Despite rising costs, prices remain low
Period covered: 01 – 07 April 202
- Shop prices fell by 1.7% in April compared to a 0.8% decrease in March. This is below the 12- and 6-month average price decreases of 0.4% and 0.7%, respectively. This is the highest rate of decline since January 2017.
- Non-food prices fell sharply by 3.7% in April compared to a decline of 1.9% in March. This is below the 12-and 6-month average price declines of 1.6% and 2.0%, respectively. This is the highest rate of decline since our series began in December 2006.
- Food inflation accelerated to 1.8% in April, up from 1.1% in March. This is above the 12- and 6-month average price increases of 1.5% and 1.5%, respectively. This is the highest inflation rate since June 2019.
- Fresh food inflation accelerated to 1.0% in April, up from 0.4% in March. This is above the 12- and 6-month average price increases of 0.9% and 0.6%, respectively.
- Ambient food inflation accelerated to 3.0% in April, up from 2.0% in March. This is above the 12- and 6-month average price increases of 2.4% and 2.6%, respectively. This is the highest inflation rate since April 2019.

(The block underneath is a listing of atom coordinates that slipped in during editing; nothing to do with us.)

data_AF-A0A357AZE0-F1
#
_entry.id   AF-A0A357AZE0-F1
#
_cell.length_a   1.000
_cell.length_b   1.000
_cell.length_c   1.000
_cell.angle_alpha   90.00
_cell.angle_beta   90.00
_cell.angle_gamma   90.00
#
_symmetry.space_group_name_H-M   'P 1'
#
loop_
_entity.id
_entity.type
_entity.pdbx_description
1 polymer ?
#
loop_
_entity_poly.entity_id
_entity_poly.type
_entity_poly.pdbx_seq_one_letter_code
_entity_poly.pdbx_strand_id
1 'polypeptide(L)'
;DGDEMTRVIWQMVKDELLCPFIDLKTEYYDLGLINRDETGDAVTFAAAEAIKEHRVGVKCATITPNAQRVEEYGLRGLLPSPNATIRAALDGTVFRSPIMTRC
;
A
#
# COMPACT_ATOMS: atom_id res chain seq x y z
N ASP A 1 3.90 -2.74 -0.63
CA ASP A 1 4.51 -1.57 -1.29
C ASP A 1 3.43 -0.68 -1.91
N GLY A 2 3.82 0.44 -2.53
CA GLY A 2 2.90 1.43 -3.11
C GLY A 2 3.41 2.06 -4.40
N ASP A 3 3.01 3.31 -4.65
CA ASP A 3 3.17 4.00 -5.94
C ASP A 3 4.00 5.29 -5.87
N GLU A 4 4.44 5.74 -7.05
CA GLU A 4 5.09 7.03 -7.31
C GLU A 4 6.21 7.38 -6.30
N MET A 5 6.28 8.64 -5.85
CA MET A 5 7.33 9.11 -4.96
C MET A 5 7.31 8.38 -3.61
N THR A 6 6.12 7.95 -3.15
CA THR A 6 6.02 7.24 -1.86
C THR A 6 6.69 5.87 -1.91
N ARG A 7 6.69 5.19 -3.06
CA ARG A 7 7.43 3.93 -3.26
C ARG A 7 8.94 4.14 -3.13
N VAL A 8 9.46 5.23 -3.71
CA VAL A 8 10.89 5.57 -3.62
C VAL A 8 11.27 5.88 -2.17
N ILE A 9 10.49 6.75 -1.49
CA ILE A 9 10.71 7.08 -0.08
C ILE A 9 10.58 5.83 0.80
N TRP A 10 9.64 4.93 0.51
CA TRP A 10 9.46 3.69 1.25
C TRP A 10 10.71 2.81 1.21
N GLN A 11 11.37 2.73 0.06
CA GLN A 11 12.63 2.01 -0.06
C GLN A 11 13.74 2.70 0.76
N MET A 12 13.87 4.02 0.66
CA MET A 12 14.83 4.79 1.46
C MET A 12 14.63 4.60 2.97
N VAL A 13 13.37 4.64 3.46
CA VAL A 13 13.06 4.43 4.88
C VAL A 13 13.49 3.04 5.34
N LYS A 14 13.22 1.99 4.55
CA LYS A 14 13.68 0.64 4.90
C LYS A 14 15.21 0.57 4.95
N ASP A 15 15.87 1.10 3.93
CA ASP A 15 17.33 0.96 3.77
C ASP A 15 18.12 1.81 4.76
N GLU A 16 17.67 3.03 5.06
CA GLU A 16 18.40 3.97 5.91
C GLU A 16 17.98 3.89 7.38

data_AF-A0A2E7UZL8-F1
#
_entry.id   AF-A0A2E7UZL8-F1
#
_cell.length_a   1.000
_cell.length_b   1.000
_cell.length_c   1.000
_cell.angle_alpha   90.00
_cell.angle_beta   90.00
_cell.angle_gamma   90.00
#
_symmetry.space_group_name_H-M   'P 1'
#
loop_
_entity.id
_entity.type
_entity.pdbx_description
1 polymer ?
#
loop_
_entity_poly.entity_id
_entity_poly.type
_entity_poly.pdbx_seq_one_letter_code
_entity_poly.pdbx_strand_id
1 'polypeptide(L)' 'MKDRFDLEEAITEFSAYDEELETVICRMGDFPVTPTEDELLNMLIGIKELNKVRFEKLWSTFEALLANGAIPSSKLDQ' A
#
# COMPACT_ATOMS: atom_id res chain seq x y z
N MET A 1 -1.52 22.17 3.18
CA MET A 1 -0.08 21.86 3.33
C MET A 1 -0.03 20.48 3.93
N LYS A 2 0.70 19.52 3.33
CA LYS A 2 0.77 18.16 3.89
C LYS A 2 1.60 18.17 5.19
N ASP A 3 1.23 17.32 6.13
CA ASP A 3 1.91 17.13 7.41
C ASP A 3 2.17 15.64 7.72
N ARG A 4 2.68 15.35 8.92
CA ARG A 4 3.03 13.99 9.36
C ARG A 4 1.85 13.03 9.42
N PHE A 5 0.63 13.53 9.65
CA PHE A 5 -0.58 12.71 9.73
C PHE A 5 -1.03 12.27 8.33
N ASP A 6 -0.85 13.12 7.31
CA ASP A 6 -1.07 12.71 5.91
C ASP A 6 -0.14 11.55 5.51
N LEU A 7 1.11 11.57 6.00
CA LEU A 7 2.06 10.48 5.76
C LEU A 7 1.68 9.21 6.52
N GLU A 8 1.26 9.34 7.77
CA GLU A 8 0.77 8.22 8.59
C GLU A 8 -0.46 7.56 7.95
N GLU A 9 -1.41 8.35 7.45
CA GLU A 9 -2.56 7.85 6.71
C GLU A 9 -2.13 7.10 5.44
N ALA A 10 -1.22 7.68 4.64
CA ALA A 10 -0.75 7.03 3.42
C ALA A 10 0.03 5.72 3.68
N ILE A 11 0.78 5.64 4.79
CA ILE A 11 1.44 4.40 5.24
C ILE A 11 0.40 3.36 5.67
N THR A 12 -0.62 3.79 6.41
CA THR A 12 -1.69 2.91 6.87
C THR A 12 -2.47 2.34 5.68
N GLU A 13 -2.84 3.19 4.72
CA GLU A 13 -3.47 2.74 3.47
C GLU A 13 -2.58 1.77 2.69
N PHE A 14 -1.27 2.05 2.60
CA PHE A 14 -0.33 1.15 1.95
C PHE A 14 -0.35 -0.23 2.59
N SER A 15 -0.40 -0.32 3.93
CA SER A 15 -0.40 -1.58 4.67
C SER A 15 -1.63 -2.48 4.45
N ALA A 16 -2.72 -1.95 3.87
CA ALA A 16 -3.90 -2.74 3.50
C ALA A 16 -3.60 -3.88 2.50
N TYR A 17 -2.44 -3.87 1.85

Helen Dickinson OBE, chief executive, British Retail Consortium:
“Overall, Shop Prices fell in April, with a larger drop in non-food prices outweighing the rise in food inflation. Food retailers offered fewer promotions this April as they worked to discourage the consumer stockpiling of the previous month, pushing food inflation slightly above average. In contrast, some non-food sectors, particularly clothing and footwear and furniture, were hard hit, as discretionary spending evaporated, resulting in deep price cuts.
“Retailers who remain open face rising costs from implementing social distancing measures, protective equipment and rising import prices, yet they continue to deliver great value on their products. With the UK facing months of economic uncertainty and the prospect of rising job losses, many customers have cut right back on spending. A speedy economic recovery is key to rebuilding consumer confidence, but businesses cannot do it alone. The government has demonstrated great support for the industry and they must be ready to take measures to revive consumer demand after lockdown has lifted.”
Mike Watkins, head of retailer and business insight, Nielsen:
“With lockdown effectively closing the high street, non-food retailers are reliant on online sales and prices have fallen as they look to sell stock. Across the supermarkets, there has been a reduction of promotions to help availability as well as some supply chain constraints, which has led to a small increase in shop prices primarily in ambient foods. With such a significant disruption to shopping behaviour, the industry continues to do a marvellous job in helping to feed the nation in these difficult times.”